Seed size is an important correlate of seed production and establishment strategies [5759]. We matched the tree taxa in the plot to the Seed Information Database (release 6.0, Oct. 2004; Seed mass (in grams) was based on species-level information when available (22%), otherwise on information at the genus (68%) or family (10%) level. Seed mass was log-transformed prior to statistical analyses [58].

We also used potential tree size as a final predictor of demographic success. Free-standing woody plant species vary greatly in their life history strategies, especially in comparisons among those species that complete their entire life cycles in the understory and those that do not reproduce until they emerge above the canopy. Following the precedent of recent studies [60], we estimated potential maximum tree height as 95 percentile in dbh. Understory species were defined as species whose upper 95 percentile of dbh (maxdbh95) does not reach 10 cm (for species with at least 20 individuals in a plot). Canopy species were species whose maxdbh95 ≥ 30 cm dbh.

Supporting Information

Figure S1. Correlation between Log-Transformed Sapling Relative Growth Rate and Log-Transformed Sapling Mortality Rate across the 12 Study Plots

Both relative growth rate and mortality rate are in % y−1. Each circle represents a species-site combination, and the solid line is the first PCA axis, which captures 20% of the variation in the two variables.


(178 KB PDF)

Table S1. Description and Environmental Characteristics of the Study Plots


(52 KB DOC)

Table S2. Taxonomic Identification Level and Functional Traits in the Permanent Plots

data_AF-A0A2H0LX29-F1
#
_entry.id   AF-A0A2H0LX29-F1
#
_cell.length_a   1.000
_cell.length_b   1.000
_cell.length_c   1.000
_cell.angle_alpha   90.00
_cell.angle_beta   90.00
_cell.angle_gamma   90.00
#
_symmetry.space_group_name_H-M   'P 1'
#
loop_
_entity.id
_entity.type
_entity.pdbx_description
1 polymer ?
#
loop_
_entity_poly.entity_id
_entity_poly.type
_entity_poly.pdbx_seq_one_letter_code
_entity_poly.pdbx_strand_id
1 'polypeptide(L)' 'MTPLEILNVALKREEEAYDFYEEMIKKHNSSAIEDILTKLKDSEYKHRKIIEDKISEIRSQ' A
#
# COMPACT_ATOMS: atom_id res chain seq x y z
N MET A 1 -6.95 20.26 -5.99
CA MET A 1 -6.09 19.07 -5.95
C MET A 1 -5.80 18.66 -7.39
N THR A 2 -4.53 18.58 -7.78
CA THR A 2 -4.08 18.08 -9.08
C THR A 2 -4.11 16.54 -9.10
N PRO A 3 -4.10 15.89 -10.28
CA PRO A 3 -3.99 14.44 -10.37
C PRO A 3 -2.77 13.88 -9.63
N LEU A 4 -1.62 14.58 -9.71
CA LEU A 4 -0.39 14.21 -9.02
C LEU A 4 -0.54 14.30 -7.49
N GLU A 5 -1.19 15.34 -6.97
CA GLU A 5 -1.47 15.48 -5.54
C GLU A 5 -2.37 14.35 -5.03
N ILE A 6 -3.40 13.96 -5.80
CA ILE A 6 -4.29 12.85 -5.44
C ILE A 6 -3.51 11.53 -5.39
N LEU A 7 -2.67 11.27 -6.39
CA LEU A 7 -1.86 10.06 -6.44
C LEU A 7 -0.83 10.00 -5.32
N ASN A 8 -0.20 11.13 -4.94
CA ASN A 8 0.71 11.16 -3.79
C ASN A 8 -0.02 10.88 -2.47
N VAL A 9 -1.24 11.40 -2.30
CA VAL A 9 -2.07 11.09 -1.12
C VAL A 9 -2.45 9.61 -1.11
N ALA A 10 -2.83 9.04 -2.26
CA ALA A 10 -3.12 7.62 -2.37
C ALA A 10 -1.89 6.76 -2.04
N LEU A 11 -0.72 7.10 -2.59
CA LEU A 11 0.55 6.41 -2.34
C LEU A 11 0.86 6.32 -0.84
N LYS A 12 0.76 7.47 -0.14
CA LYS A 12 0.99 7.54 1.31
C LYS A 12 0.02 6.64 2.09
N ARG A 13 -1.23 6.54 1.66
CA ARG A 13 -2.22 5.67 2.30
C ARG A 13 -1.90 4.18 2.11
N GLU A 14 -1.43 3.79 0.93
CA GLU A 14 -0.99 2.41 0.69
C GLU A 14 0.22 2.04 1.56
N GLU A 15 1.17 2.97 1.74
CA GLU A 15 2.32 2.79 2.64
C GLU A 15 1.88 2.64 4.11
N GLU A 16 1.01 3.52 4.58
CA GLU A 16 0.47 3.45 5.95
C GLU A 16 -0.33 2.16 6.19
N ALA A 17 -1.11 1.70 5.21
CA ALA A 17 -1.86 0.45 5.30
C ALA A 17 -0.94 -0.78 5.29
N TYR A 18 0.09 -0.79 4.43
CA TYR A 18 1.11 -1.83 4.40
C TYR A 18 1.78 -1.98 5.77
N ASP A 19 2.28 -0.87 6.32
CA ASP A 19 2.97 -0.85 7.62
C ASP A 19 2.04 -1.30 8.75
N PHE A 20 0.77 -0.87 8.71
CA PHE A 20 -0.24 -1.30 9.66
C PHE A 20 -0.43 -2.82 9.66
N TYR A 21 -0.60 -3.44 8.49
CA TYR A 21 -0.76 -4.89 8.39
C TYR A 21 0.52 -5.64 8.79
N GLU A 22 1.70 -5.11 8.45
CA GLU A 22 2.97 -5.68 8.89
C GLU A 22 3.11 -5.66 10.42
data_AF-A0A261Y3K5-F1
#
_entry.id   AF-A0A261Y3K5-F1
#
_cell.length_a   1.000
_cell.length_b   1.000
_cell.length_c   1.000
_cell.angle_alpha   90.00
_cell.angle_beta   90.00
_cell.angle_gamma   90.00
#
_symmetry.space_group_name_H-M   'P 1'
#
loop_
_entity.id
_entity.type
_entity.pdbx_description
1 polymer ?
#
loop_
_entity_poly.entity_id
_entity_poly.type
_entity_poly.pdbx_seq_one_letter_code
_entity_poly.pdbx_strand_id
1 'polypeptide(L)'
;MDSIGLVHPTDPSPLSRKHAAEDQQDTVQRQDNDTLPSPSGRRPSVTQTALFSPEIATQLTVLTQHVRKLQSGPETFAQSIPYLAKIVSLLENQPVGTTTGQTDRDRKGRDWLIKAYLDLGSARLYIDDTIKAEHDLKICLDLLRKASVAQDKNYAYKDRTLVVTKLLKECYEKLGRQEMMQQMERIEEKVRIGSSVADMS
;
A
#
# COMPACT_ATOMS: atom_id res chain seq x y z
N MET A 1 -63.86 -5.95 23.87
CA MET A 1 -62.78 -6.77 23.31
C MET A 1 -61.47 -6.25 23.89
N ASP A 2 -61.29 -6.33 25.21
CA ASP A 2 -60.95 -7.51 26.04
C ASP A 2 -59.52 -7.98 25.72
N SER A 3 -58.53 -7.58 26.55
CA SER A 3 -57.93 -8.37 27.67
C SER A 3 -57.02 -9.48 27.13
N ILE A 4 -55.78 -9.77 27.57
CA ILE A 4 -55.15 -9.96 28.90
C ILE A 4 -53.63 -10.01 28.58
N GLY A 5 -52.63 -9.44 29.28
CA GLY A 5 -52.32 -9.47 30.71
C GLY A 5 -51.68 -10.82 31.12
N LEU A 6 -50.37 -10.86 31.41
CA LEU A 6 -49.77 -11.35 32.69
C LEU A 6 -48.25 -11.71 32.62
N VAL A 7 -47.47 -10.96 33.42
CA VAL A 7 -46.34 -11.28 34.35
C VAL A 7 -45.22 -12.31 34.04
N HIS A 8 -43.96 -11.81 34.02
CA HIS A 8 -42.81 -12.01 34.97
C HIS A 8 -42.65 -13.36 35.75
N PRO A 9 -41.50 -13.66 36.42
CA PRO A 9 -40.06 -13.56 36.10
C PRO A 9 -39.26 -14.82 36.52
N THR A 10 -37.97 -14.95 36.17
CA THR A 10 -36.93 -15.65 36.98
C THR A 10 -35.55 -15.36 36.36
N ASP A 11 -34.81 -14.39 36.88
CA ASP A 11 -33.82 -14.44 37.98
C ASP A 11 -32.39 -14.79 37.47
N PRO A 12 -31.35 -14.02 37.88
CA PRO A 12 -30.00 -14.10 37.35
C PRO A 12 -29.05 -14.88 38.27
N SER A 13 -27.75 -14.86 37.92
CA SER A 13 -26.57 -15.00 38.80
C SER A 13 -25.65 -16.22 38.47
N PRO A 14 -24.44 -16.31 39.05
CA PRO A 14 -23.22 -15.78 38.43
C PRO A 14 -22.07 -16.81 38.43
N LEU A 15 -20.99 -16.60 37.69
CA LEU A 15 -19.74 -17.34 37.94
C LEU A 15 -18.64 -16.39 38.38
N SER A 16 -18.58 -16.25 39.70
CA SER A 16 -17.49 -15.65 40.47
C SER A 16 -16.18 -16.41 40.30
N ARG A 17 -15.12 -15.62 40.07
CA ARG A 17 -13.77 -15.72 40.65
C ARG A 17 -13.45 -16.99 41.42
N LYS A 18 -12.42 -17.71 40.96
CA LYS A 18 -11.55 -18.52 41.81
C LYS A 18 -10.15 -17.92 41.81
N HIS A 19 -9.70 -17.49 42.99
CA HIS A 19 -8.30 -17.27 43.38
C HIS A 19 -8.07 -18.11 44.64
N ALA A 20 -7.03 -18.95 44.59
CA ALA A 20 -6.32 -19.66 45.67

The table represents the number of taxa at three identification levels: species, genus, and family. Also shown is the number of taxa for which information on wood density and on seed weight is available at the species level, at the genus level or at the family level.


(48 KB DOC)

Table S3. Total Aboveground Biomass and Number of Individuals, Per Stand and Per Demographic Group

Aboveground biomass is reported in Mg ha−1, number of individuals in ind. ha−1. Also reported is the total percentage of aboveground biomass (AGB) and of the number of individuals in the three demographic groups.


(50 KB DOC)

Table S4. Quantiles of Wood Density and of Log-Transformed Seed Mass in the 12 Study Plots

Wood density is defined as oven-dry weight divided by green volume, in g cm−3, seed mass is in grams. Median wood density varied between 0.53 and 0.63 g cm−3. Median seed mass varied between 0.023 and 0.33 g.


(54 KB DOC)

Table S5. Stocks and Changes in Total Aboveground Biomass for Ten Undisturbed Tropical Forest Plots Based on Trees ≥10 cm dbh

This table reports total stand aboveground biomass, aboveground biomass growth rate, recruitment rate, loss rate, and net change. Bold figures indicate changes significantly different from the null hypothesis of zero change. Confidence intervals at the 95% level (in brackets) were computed by bootstrapping over 50 × 50-m subplots.


(44 KB DOC)

Text S1. Study Plots

(A) Detailed information on the 12 study plots, with an emphasis on the known disturbance history of these sites.

(B) Aboveground biomass estimation and statistical analyses based on large trees only.


(75 KB DOC)


We thank the many field workers and technicians who assembled this dataset for assistance, and NVL Brokaw, WF Laurance, SL Lewis, M Loreau, OL Phillips, and SJ Wright for comments on the manuscript.

Author Contributions

JC wrote the paper, analyzed the data and contributed reagents/materials/analysis tools. RC conceived and designed the experiments and analyzed the data. SCT, SB, LLC, HSD, SE, CENE, RBF, TBH, CH, AI, SK, JVL, JRM, MNSN, ARK, CS, RS, HSS, ST, MDCT, RV, MV, GV, TY, and JKZ performed the experiments. PSA, SJD, SPH, and ECL conceived and designed the experiments. HCML, KJF, PH, and SLDL contributed reagents/materials/analysis tools. NG and SG conceived and designed the experiments and performed the experiments. JT contributed reagents/materials/analysis tools and performed the experiments.